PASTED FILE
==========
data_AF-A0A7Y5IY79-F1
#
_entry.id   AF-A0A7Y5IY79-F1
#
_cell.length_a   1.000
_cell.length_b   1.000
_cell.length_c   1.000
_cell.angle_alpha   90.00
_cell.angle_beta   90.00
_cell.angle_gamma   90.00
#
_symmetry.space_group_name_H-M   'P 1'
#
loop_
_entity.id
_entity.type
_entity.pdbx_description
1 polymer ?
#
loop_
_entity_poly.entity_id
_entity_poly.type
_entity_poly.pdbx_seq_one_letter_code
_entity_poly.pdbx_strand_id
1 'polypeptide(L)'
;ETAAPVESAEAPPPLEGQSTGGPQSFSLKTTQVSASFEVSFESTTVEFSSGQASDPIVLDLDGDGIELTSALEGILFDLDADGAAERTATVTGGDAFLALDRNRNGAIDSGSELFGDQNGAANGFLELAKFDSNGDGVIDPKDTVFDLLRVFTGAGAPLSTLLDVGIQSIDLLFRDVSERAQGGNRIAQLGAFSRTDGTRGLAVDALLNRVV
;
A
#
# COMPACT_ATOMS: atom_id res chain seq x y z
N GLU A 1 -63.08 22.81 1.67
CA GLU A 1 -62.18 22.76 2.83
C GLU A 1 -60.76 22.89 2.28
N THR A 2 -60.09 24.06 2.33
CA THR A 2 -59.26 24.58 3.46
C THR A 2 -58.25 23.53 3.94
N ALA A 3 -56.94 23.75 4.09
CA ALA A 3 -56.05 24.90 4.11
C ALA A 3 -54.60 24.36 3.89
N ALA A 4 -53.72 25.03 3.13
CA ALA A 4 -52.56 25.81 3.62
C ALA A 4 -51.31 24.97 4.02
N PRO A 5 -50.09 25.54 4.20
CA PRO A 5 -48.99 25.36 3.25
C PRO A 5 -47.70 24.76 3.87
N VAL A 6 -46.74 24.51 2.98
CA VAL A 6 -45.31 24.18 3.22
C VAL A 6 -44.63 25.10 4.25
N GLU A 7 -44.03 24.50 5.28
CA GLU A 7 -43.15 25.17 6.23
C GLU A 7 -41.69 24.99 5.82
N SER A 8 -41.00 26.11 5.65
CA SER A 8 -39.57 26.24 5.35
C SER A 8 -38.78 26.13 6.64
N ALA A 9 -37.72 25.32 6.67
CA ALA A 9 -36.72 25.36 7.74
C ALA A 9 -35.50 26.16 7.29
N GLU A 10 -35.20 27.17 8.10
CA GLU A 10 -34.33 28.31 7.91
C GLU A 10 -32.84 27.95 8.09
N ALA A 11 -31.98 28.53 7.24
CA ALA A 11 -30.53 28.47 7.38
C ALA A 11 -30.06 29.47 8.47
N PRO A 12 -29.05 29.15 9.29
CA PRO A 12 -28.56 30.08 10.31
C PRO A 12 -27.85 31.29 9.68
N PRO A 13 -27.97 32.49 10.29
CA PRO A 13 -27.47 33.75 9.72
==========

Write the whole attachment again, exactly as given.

data_AF-A0A7Y5IY79-F1
#
_entry.id   AF-A0A7Y5IY79-F1
#
_cell.length_a   1.000
_cell.length_b   1.000
_cell.length_c   1.000
_cell.angle_alpha   90.00
_cell.angle_beta   90.00
_cell.angle_gamma   90.00
#
_symmetry.space_group_name_H-M   'P 1'
#
loop_
_entity.id
_entity.type
_entity.pdbx_description
1 polymer ?
#
loop_
_entity_poly.entity_id
_entity_poly.type
_entity_poly.pdbx_seq_one_letter_code
_entity_poly.pdbx_strand_id
1 'polypeptide(L)'
;ETAAPVESAEAPPPLEGQSTGGPQSFSLKTTQVSASFEVSFESTTVEFSSGQASDPIVLDLDGDGIELTSALEGILFDLDADGAAERTATVTGGDAFLALDRNRNGAIDSGSELFGDQNGAANGFLELAKFDSNGDGVIDPKDTVFDLLRVFTGAGAPLSTLLDVGIQSIDLLFRDVSERAQGGNRIAQLGAFSRTDGTRGLAVDALLNRVV
;
A
#
# COMPACT_ATOMS: atom_id res chain seq x y z
N GLU A 1 -63.08 22.81 1.67
CA GLU A 1 -62.18 22.76 2.83
C GLU A 1 -60.76 22.89 2.28
N THR A 2 -60.09 24.06 2.33
CA THR A 2 -59.26 24.58 3.46
C THR A 2 -58.25 23.53 3.94
N ALA A 3 -56.94 23.75 4.09
CA ALA A 3 -56.05 24.90 4.11
C ALA A 3 -54.60 24.36 3.89
N ALA A 4 -53.72 25.03 3.13
CA ALA A 4 -52.56 25.81 3.62
C ALA A 4 -51.31 24.97 4.02
N PRO A 5 -50.09 25.54 4.20
CA PRO A 5 -48.99 25.36 3.25
C PRO A 5 -47.70 24.76 3.87
N VAL A 6 -46.74 24.51 2.98
CA VAL A 6 -45.31 24.18 3.22
C VAL A 6 -44.63 25.10 4.25
N GLU A 7 -44.03 24.50 5.28
CA GLU A 7 -43.15 25.17 6.23
C GLU A 7 -41.69 24.99 5.82
N SER A 8 -41.00 26.11 5.65
CA SER A 8 -39.57 26.24 5.35
C SER A 8 -38.78 26.13 6.64
N ALA A 9 -37.72 25.32 6.67
CA ALA A 9 -36.72 25.36 7.74
C ALA A 9 -35.50 26.16 7.29
N GLU A 10 -35.20 27.17 8.10
CA GLU A 10 -34.33 28.31 7.91
C GLU A 10 -32.84 27.95 8.09
N ALA A 11 -31.98 28.53 7.24
CA ALA A 11 -30.53 28.47 7.38
C ALA A 11 -30.06 29.47 8.47
N PRO A 12 -29.05 29.15 9.29
CA PRO A 12 -28.56 30.08 10.31
C PRO A 12 -27.85 31.29 9.68
N PRO A 13 -27.97 32.49 10.29
CA PRO A 13 -27.47 33.75 9.72